Eight-Time All-Star Roy Halladay Dies in Plane Crash

by Rocco Constantino | Posted on Tuesday, November 7th, 2017
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PHILADELPHIA – OCTOBER 06: Roy Halladay #34 of the Philadelphia Phillies celebrates with Carlos Ruiz #51 after throwing a no hitter against the Cincinnati Reds on October 6, 2010 during Game 1 of the NLDS at Citizens Bank Park in Philadelphia, Pennsylvania. The Phillies defeated the Reds 4-0. (Photo by: Rob Tringali/SportsChrome/Getty Images)

Former Philadelphia Phillies and Toronto Blue Jays  All-Star pitcher Roy Halladay was killed in a single-engine plane crash in the Gulf of Mexico Tuesday.  The news was confirmed by CBSSports.com after police confirmed Halladay’s identity.  News of a plane crash involving an Icon A-5 two-passenger plane registered to Halladay’s father broke Tuesday afternoon and a 4:30 PM press conference followed with details. He was 40 years old.

According to the Pasco County Sheriff’s Office, the crash occurred around 1:00 PM about 10 miles off the coast of St. Petersburg, Florida.  Halladay’s family had a background in flying, as his father had worked as a corporate pilot.

Halladay, a two-time Cy Young Award winner and the author of a perfect game and postseason no-hitter, has posted pictures and videos of himself on Twitter piloting planes.

Halladay pitched for 16 seasons in the majors and was among the most dominant pitchers of his generation.  He finished with a career record of 203-105 and a 3.38 ERA.  He topped 20 wins three times and complete games seven times.  In addition to winning the Cy Young Award in 2003 and 2010, Halladay also finished in the top five of Cy Young voting five other times and had two Top-10 MVP finishes.

In addition, Halladay was known as one of the game’s great humanitarians and was nominated multiple times as the Blue Jays candidate for the Roberto Clemente Award, given to the player who best exemplifies the game of baseballsportsmanshipcommunity involvement and the individual’s contribution to his team.

A native of Denver, Colorado, Halladay was the 27th overall pick in the 1995 Major League Baseball draft and made his debut just three years later as a September callup.  In his second Major League start, Halladay, just 21 years old at the time, took a no-hitter into the ninth inning against the Detroit Tigers.  It was broken up with two outs in the ninth inning on a first-pitch home run by Bobby Higginson.  

Despite his early success, Halladay did not become a stalwart in the Blue Jays pitching rotation until 2002 when he topped 30 starts for the first time.  That season, Halladay made 34 starts and led the league with 239.1 innings pitched.  He won his first Cy Young Award the next season and began a decade of dominance that saw him go 170-75 with a 2.97 ERA.  He is ranked ninth all-time in Cy Young Award win shares, ahead of Hall of Famers Sandy Koufax, Bob Gibson, Gaylord Perry and Warren Spahn among others.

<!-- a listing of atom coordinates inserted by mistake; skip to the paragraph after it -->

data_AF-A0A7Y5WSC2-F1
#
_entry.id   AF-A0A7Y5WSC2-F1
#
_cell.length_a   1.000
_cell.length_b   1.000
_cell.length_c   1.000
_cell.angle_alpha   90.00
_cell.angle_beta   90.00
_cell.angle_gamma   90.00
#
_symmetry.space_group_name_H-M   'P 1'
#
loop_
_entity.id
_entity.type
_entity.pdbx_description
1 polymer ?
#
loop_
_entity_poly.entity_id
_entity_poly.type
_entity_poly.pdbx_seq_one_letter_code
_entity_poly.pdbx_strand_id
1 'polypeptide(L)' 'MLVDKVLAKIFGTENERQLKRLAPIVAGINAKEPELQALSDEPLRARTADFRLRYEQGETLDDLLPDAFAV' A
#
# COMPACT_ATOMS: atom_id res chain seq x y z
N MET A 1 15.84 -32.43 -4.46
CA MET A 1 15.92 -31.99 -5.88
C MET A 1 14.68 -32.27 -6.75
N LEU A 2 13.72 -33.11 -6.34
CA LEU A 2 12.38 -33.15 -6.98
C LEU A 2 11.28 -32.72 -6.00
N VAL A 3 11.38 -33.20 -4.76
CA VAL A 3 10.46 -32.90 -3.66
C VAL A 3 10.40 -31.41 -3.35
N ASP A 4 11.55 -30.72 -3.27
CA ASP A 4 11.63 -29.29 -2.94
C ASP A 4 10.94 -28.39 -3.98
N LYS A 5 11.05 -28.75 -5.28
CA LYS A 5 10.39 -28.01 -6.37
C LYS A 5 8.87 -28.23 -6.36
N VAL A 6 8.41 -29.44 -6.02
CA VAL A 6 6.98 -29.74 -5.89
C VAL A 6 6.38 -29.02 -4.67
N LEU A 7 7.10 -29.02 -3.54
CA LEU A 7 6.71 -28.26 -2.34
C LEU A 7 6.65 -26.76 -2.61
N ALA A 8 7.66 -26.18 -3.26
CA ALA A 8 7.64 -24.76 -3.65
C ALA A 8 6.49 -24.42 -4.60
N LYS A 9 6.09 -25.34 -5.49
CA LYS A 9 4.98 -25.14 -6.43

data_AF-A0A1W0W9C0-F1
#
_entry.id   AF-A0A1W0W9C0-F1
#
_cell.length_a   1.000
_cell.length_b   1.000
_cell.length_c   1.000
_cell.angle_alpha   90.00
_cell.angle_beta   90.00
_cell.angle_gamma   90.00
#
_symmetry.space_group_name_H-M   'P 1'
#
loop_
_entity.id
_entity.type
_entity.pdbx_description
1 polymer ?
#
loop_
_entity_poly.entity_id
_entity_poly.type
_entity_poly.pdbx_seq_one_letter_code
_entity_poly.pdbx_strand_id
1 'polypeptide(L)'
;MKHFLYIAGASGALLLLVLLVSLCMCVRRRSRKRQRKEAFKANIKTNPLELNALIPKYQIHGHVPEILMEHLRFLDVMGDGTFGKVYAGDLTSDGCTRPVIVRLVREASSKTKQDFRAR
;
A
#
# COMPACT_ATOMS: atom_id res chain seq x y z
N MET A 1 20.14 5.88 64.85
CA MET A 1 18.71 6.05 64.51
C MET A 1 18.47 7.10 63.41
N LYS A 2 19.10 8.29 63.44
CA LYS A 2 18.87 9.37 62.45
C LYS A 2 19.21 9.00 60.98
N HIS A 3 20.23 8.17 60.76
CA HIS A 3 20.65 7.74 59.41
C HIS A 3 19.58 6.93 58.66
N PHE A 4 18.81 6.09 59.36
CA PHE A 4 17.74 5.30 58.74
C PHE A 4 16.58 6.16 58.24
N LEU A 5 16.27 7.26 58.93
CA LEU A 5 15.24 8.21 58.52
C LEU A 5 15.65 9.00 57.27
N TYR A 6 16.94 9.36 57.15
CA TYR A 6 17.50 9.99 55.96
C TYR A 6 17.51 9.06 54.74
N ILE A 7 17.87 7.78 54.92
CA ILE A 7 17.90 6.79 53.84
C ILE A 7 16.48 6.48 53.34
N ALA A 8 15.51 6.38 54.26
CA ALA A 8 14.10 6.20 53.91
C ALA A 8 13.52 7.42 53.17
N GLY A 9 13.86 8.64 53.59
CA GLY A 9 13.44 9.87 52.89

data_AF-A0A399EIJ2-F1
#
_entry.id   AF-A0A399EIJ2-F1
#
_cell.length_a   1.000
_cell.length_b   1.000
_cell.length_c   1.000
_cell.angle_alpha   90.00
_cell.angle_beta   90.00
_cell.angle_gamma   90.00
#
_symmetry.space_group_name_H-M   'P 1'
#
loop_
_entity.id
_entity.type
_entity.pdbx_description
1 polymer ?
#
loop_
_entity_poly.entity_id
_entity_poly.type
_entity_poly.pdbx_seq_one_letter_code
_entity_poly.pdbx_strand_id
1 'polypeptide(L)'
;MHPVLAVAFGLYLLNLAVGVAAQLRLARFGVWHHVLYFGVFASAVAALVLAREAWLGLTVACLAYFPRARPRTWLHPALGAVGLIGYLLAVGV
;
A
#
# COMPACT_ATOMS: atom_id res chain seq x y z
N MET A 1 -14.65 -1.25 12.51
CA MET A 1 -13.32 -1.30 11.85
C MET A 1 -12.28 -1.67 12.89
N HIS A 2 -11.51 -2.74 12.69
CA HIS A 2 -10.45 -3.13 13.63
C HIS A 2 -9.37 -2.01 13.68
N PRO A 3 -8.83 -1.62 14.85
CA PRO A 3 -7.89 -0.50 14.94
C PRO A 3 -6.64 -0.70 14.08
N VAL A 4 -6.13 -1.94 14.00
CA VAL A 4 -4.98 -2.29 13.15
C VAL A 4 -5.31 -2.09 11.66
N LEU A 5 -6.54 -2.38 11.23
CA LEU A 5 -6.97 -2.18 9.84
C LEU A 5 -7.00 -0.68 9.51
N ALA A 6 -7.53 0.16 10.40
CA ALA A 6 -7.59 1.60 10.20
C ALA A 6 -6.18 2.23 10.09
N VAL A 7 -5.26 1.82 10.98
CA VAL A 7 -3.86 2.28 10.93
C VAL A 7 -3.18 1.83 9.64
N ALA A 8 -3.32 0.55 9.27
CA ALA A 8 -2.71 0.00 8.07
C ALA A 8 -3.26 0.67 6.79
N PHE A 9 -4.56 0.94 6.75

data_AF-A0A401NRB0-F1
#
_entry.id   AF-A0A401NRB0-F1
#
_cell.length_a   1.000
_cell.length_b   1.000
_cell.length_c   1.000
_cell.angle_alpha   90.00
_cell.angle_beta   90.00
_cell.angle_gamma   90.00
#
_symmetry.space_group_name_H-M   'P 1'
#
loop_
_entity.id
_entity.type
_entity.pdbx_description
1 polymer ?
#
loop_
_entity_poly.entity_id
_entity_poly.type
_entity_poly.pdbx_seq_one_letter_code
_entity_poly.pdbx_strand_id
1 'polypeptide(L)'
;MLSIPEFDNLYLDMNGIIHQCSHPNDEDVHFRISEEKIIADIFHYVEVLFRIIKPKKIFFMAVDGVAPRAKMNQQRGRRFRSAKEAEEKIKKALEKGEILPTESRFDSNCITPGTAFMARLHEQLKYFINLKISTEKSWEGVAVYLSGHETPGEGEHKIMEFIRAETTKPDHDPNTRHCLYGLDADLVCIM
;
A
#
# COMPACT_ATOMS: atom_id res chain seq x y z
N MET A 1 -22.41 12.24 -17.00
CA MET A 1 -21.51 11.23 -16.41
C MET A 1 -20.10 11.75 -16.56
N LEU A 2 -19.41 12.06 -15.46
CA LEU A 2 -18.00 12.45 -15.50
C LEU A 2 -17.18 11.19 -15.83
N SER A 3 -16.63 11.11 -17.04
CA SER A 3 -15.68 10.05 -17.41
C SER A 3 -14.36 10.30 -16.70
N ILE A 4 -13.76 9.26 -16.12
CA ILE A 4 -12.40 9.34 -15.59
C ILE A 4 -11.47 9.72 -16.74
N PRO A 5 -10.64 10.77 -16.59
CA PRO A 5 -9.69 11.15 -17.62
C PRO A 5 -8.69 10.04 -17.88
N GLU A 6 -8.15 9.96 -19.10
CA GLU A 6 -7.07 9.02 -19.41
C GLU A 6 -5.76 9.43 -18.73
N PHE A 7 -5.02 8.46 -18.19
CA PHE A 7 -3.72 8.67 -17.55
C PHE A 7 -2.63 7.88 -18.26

In a statement, the Phillies reflected on the tragic loss.

“We are numb over the very tragic news about Roy Halladay’s untimely death,” the Phillies said via a statement. “There are no words to describe the sadness that the entire Phillies family is feeling over the loss of one of the most respected human beings to ever play the game. It is with the heaviest of hearts that we pass along our condolences to Brandy, Ryan and Braden.”

Halladay received his pilot’s license just seven months after retiring from baseball in 2013. Halladay is survived by his wife Brandy ans his sons Braden and Ryan.

He joins a tragic list of former Major Leaguers who have died in plane crashes, including Roberto Clemente, Thurman Munson, Ken Hubbs and Cory Lidle.  Halladay was in the same rotation as Lidle with the 2003 Blue Jays.

An investigation into the cause of the accident is likely to take place soon.  At the press conference regarding the accident, a police spokesman said there were no mayday calls in relation to the accident.

The sports world understandably reacted with shock and sadness to the news of Halladay’s passing.

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Rocco Constantino
About the Author

Rocco is the author of 50 Moments That Defined Major League Baseball (Available on Amazon now!) and former Featured Columnist at Bleacher Report. He is also a die hard Mets fan going back to the awful early 80's and ready for the revival. D2 NCAA softball coach and athletics administrator. Follow Rocco on Twitter @mlb100years.

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